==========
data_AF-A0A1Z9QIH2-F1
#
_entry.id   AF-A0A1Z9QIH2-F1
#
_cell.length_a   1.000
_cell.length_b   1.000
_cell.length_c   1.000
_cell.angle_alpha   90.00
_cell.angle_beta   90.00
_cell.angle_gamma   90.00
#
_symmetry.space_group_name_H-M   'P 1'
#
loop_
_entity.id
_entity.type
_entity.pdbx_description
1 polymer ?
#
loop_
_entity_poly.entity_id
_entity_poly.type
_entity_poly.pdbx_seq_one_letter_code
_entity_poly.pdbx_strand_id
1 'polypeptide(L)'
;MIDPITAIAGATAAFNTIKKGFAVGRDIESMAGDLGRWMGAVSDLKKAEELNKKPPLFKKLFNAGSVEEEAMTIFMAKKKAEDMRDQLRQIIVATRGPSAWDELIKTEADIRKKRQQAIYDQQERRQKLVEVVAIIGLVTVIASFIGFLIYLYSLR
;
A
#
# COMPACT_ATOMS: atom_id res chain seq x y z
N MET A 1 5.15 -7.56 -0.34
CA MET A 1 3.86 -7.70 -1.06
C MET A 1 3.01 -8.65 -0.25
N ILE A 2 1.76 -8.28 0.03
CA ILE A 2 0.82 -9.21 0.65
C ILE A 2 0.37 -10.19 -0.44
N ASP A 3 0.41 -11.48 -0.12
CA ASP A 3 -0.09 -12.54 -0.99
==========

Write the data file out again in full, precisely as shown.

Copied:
data_AF-A0A1Z9QIH2-F1
#
_entry.id   AF-A0A1Z9QIH2-F1
#
_cell.length_a   1.000
_cell.length_b   1.000
_cell.length_c   1.000
_cell.angle_alpha   90.00
_cell.angle_beta   90.00
_cell.angle_gamma   90.00
#
_symmetry.space_group_name_H-M   'P 1'
#
loop_
_entity.id
_entity.type
_entity.pdbx_description
1 polymer ?
#
loop_
_entity_poly.entity_id
_entity_poly.type
_entity_poly.pdbx_seq_one_letter_code
_entity_poly.pdbx_strand_id
1 'polypeptide(L)'
;MIDPITAIAGATAAFNTIKKGFAVGRDIESMAGDLGRWMGAVSDLKKAEELNKKPPLFKKLFNAGSVEEEAMTIFMAKKKAEDMRDQLRQIIVATRGPSAWDELIKTEADIRKKRQQAIYDQQERRQKLVEVVAIIGLVTVIASFIGFLIYLYSLR
;
A
#
# COMPACT_ATOMS: atom_id res chain seq x y z
N MET A 1 5.15 -7.56 -0.34
CA MET A 1 3.86 -7.70 -1.06
C MET A 1 3.01 -8.65 -0.25
N ILE A 2 1.76 -8.28 0.03
CA ILE A 2 0.82 -9.21 0.65
C ILE A 2 0.37 -10.19 -0.44
N ASP A 3 0.41 -11.48 -0.12
CA ASP A 3 -0.09 -12.54 -0.99